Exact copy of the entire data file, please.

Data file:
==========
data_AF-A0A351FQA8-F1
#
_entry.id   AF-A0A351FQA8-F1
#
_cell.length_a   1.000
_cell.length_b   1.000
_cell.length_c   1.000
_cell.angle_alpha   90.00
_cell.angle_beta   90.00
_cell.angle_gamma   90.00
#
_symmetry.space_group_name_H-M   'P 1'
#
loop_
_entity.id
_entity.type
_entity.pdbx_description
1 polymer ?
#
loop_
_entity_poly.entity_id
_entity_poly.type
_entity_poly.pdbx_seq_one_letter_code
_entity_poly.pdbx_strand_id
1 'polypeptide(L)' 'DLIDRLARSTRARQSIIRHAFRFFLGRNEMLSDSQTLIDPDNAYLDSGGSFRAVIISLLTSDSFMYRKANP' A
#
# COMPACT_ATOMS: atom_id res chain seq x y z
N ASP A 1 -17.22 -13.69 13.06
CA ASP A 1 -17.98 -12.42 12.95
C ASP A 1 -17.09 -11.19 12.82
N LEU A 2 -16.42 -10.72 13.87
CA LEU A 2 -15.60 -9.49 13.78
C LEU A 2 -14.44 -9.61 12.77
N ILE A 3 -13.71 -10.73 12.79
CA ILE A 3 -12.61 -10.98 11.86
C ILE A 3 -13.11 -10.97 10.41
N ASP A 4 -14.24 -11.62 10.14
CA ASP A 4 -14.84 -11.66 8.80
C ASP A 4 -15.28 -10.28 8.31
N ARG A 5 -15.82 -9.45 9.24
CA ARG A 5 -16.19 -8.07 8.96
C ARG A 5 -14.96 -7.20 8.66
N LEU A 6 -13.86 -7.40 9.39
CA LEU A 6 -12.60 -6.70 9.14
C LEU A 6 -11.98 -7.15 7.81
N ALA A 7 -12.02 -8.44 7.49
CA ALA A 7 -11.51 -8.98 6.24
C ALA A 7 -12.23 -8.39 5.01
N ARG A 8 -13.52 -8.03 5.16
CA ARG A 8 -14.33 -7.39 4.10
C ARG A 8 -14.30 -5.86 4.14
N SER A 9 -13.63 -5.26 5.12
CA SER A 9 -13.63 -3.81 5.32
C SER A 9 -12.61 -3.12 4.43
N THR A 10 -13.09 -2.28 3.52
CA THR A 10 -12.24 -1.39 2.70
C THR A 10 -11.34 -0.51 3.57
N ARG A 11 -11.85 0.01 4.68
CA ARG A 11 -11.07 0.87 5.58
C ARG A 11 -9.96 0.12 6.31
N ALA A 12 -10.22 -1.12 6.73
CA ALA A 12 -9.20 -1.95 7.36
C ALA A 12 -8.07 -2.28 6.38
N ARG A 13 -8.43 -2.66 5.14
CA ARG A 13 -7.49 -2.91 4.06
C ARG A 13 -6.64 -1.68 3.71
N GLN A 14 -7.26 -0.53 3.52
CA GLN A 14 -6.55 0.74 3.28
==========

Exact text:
data_AF-A0A351FQA8-F1
#
_entry.id   AF-A0A351FQA8-F1
#
_cell.length_a   1.000
_cell.length_b   1.000
_cell.length_c   1.000
_cell.angle_alpha   90.00
_cell.angle_beta   90.00
_cell.angle_gamma   90.00
#
_symmetry.space_group_name_H-M   'P 1'
#
loop_
_entity.id
_entity.type
_entity.pdbx_description
1 polymer ?
#
loop_
_entity_poly.entity_id
_entity_poly.type
_entity_poly.pdbx_seq_one_letter_code
_entity_poly.pdbx_strand_id
1 'polypeptide(L)' 'DLIDRLARSTRARQSIIRHAFRFFLGRNEMLSDSQTLIDPDNAYLDSGGSFRAVIISLLTSDSFMYRKANP' A
#
# COMPACT_ATOMS: atom_id res chain seq x y z
N ASP A 1 -17.22 -13.69 13.06
CA ASP A 1 -17.98 -12.42 12.95
C ASP A 1 -17.09 -11.19 12.82
N LEU A 2 -16.42 -10.72 13.87
CA LEU A 2 -15.60 -9.49 13.78
C LEU A 2 -14.44 -9.61 12.77
N ILE A 3 -13.71 -10.73 12.79
CA ILE A 3 -12.61 -10.98 11.86
C ILE A 3 -13.11 -10.97 10.41
N ASP A 4 -14.24 -11.62 10.14
CA ASP A 4 -14.84 -11.66 8.80
C ASP A 4 -15.28 -10.28 8.31
N ARG A 5 -15.82 -9.45 9.24
CA ARG A 5 -16.19 -8.07 8.96
C ARG A 5 -14.96 -7.20 8.66
N LEU A 6 -13.86 -7.40 9.39
CA LEU A 6 -12.60 -6.70 9.14
C LEU A 6 -11.98 -7.15 7.81
N ALA A 7 -12.02 -8.44 7.49
CA ALA A 7 -11.51 -8.98 6.24
C ALA A 7 -12.23 -8.39 5.01
N ARG A 8 -13.52 -8.03 5.16
CA ARG A 8 -14.33 -7.39 4.10
C ARG A 8 -14.30 -5.86 4.14
N SER A 9 -13.63 -5.26 5.12
CA SER A 9 -13.63 -3.81 5.32
C SER A 9 -12.61 -3.12 4.43
N THR A 10 -13.09 -2.28 3.52
CA THR A 10 -12.24 -1.39 2.70
C THR A 10 -11.34 -0.51 3.57
N ARG A 11 -11.85 0.01 4.68
CA ARG A 11 -11.07 0.87 5.58
C ARG A 11 -9.96 0.12 6.31
N ALA A 12 -10.22 -1.12 6.73
CA ALA A 12 -9.20 -1.95 7.36
C ALA A 12 -8.07 -2.28 6.38
N ARG A 13 -8.43 -2.66 5.14
CA ARG A 13 -7.49 -2.91 4.06
C ARG A 13 -6.64 -1.68 3.71
N GLN A 14 -7.26 -0.53 3.52
CA GLN A 14 -6.55 0.74 3.28